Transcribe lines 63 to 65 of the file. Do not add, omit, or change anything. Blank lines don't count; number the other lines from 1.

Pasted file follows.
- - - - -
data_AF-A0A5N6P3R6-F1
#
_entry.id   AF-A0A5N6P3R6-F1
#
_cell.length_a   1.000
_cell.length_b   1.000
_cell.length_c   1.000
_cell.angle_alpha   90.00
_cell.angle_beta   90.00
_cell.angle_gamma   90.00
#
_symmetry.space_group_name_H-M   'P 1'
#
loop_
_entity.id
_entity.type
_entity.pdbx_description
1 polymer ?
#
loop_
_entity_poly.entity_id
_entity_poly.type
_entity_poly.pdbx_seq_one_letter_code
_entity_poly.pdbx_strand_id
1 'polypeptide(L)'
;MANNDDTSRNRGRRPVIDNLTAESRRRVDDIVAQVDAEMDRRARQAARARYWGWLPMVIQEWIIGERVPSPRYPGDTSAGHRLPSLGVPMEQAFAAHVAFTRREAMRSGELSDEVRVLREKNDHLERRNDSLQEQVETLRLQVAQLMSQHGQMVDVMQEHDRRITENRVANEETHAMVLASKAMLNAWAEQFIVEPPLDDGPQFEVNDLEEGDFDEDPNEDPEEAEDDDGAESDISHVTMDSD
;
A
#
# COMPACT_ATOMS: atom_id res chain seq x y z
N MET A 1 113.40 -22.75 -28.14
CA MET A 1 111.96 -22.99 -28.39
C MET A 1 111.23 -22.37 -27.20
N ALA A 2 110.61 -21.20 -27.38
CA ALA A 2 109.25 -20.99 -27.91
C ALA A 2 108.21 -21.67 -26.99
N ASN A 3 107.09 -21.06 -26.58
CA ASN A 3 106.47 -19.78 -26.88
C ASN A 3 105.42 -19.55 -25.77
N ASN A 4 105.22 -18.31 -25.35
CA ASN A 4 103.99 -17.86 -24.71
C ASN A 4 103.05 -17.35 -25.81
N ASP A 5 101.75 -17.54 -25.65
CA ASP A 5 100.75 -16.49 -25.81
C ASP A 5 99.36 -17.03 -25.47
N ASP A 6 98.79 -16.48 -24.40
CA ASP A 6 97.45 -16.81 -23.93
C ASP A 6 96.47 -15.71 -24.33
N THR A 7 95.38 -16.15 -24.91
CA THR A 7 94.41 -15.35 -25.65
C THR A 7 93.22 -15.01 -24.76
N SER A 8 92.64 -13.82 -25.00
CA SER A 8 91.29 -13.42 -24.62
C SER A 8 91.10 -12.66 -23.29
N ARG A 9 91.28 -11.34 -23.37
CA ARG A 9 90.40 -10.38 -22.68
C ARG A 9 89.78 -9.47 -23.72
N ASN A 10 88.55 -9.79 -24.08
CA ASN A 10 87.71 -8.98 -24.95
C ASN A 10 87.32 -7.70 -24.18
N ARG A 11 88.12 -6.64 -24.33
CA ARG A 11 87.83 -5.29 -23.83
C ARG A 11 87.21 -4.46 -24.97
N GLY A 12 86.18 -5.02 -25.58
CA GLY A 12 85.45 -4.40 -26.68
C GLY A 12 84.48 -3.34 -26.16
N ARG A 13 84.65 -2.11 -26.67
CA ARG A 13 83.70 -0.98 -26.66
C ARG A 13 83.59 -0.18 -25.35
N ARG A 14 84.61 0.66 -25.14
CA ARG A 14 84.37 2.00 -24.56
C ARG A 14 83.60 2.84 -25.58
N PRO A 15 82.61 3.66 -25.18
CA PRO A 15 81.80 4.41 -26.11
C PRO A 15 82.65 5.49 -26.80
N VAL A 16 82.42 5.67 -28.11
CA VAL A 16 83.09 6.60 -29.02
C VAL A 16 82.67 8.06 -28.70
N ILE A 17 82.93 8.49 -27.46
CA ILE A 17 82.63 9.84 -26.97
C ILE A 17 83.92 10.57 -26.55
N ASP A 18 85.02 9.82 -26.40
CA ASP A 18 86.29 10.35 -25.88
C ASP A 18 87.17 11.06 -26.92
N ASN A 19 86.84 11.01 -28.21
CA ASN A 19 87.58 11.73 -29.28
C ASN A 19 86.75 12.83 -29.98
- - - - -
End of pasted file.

C ARG A 11 87.21 -4.46 -24.97
N GLY A 12 86.18 -5.02 -25.58
CA GLY A 12 85.45 -4.40 -26.68